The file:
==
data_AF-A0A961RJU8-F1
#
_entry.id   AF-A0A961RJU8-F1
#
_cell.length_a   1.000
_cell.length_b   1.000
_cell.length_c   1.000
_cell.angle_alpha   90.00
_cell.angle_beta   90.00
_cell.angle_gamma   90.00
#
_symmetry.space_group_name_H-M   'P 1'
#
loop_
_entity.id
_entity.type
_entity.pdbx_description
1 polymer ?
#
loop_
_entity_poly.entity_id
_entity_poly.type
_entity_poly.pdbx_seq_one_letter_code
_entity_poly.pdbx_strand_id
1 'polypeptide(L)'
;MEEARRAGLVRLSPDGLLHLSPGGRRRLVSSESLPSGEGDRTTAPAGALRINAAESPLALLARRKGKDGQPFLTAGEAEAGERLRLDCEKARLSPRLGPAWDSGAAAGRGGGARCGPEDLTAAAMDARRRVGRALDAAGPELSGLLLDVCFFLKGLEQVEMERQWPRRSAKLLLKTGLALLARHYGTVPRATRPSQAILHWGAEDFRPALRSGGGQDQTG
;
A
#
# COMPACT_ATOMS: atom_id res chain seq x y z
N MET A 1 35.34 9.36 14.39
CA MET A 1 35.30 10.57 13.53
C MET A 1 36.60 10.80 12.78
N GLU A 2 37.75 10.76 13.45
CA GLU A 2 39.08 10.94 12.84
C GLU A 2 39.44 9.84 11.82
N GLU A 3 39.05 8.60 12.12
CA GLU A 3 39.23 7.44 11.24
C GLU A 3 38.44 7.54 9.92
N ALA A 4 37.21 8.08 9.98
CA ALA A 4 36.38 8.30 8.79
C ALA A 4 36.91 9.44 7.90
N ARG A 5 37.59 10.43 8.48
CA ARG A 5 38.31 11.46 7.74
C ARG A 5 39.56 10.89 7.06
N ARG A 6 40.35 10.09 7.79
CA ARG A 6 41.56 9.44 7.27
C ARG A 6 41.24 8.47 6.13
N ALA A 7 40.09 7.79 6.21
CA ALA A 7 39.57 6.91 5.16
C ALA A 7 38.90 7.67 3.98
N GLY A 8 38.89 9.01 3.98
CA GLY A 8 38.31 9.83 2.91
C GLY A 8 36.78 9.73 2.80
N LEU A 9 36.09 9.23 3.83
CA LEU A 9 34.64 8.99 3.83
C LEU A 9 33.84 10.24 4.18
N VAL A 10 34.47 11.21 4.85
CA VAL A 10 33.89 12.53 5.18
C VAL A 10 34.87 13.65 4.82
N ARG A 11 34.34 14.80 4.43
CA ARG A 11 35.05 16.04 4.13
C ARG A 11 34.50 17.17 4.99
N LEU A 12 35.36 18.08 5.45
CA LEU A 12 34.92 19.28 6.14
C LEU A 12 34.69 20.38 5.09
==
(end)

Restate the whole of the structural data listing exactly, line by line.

data_AF-A0A961RJU8-F1
#
_entry.id   AF-A0A961RJU8-F1
#
_cell.length_a   1.000
_cell.length_b   1.000
_cell.length_c   1.000
_cell.angle_alpha   90.00
_cell.angle_beta   90.00
_cell.angle_gamma   90.00
#
_symmetry.space_group_name_H-M   'P 1'
#
loop_
_entity.id
_entity.type
_entity.pdbx_description
1 polymer ?
#
loop_
_entity_poly.entity_id
_entity_poly.type
_entity_poly.pdbx_seq_one_letter_code
_entity_poly.pdbx_strand_id
1 'polypeptide(L)'
;MEEARRAGLVRLSPDGLLHLSPGGRRRLVSSESLPSGEGDRTTAPAGALRINAAESPLALLARRKGKDGQPFLTAGEAEAGERLRLDCEKARLSPRLGPAWDSGAAAGRGGGARCGPEDLTAAAMDARRRVGRALDAAGPELSGLLLDVCFFLKGLEQVEMERQWPRRSAKLLLKTGLALLARHYGTVPRATRPSQAILHWGAEDFRPALRSGGGQDQTG
;
A
#
# COMPACT_ATOMS: atom_id res chain seq x y z
N MET A 1 35.34 9.36 14.39
CA MET A 1 35.30 10.57 13.53
C MET A 1 36.60 10.80 12.78
N GLU A 2 37.75 10.76 13.45
CA GLU A 2 39.08 10.94 12.84
C GLU A 2 39.44 9.84 11.82
N GLU A 3 39.05 8.60 12.12
CA GLU A 3 39.23 7.44 11.24
C GLU A 3 38.44 7.54 9.92
N ALA A 4 37.21 8.08 9.98
CA ALA A 4 36.38 8.30 8.79
C ALA A 4 36.91 9.44 7.90
N ARG A 5 37.59 10.43 8.48
CA ARG A 5 38.31 11.46 7.74
C ARG A 5 39.56 10.89 7.06
N ARG A 6 40.35 10.09 7.79
CA ARG A 6 41.56 9.44 7.27
C ARG A 6 41.24 8.47 6.13
N ALA A 7 40.09 7.79 6.21
CA ALA A 7 39.57 6.91 5.16
C ALA A 7 38.90 7.67 3.98
N GLY A 8 38.89 9.01 3.98
CA GLY A 8 38.31 9.83 2.91
C GLY A 8 36.78 9.73 2.80
N LEU A 9 36.09 9.23 3.83
CA LEU A 9 34.64 8.99 3.83
C LEU A 9 33.84 10.24 4.18
N VAL A 10 34.47 11.21 4.85
CA VAL A 10 33.89 12.53 5.18
C VAL A 10 34.87 13.65 4.82
N ARG A 11 34.34 14.80 4.43
CA ARG A 11 35.05 16.04 4.13
C ARG A 11 34.50 17.17 4.99
N LEU A 12 35.36 18.08 5.45
CA LEU A 12 34.92 19.28 6.14
C LEU A 12 34.69 20.38 5.09